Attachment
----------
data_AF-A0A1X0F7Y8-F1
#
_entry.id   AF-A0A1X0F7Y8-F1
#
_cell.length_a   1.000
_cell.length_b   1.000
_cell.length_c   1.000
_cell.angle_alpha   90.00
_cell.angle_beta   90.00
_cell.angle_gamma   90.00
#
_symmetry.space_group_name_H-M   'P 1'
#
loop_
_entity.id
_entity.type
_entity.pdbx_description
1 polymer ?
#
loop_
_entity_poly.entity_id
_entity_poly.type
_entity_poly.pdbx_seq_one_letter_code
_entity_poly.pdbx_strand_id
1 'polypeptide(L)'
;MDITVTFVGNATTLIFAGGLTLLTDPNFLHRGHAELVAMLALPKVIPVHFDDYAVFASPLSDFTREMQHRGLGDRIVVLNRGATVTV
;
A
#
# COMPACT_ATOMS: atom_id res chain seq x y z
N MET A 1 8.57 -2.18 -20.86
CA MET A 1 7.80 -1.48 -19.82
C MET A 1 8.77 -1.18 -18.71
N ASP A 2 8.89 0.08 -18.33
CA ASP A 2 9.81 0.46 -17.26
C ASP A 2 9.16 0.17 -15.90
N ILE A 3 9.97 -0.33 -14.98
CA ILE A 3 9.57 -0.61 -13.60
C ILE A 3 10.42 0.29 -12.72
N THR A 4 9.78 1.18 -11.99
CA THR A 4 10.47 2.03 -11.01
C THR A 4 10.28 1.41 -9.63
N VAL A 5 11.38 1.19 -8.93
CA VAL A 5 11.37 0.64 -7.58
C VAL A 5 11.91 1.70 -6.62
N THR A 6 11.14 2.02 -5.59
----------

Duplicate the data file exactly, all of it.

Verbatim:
data_AF-A0A1X0F7Y8-F1
#
_entry.id   AF-A0A1X0F7Y8-F1
#
_cell.length_a   1.000
_cell.length_b   1.000
_cell.length_c   1.000
_cell.angle_alpha   90.00
_cell.angle_beta   90.00
_cell.angle_gamma   90.00
#
_symmetry.space_group_name_H-M   'P 1'
#
loop_
_entity.id
_entity.type
_entity.pdbx_description
1 polymer ?
#
loop_
_entity_poly.entity_id
_entity_poly.type
_entity_poly.pdbx_seq_one_letter_code
_entity_poly.pdbx_strand_id
1 'polypeptide(L)'
;MDITVTFVGNATTLIFAGGLTLLTDPNFLHRGHAELVAMLALPKVIPVHFDDYAVFASPLSDFTREMQHRGLGDRIVVLNRGATVTV
;
A
#
# COMPACT_ATOMS: atom_id res chain seq x y z
N MET A 1 8.57 -2.18 -20.86
CA MET A 1 7.80 -1.48 -19.82
C MET A 1 8.77 -1.18 -18.71
N ASP A 2 8.89 0.08 -18.33
CA ASP A 2 9.81 0.46 -17.26
C ASP A 2 9.16 0.17 -15.90
N ILE A 3 9.97 -0.33 -14.98
CA ILE A 3 9.57 -0.61 -13.60
C ILE A 3 10.42 0.29 -12.72
N THR A 4 9.78 1.18 -11.99
CA THR A 4 10.47 2.03 -11.01
C THR A 4 10.28 1.41 -9.63
N VAL A 5 11.38 1.19 -8.93
CA VAL A 5 11.37 0.64 -7.58
C VAL A 5 11.91 1.70 -6.62
N THR A 6 11.14 2.02 -5.59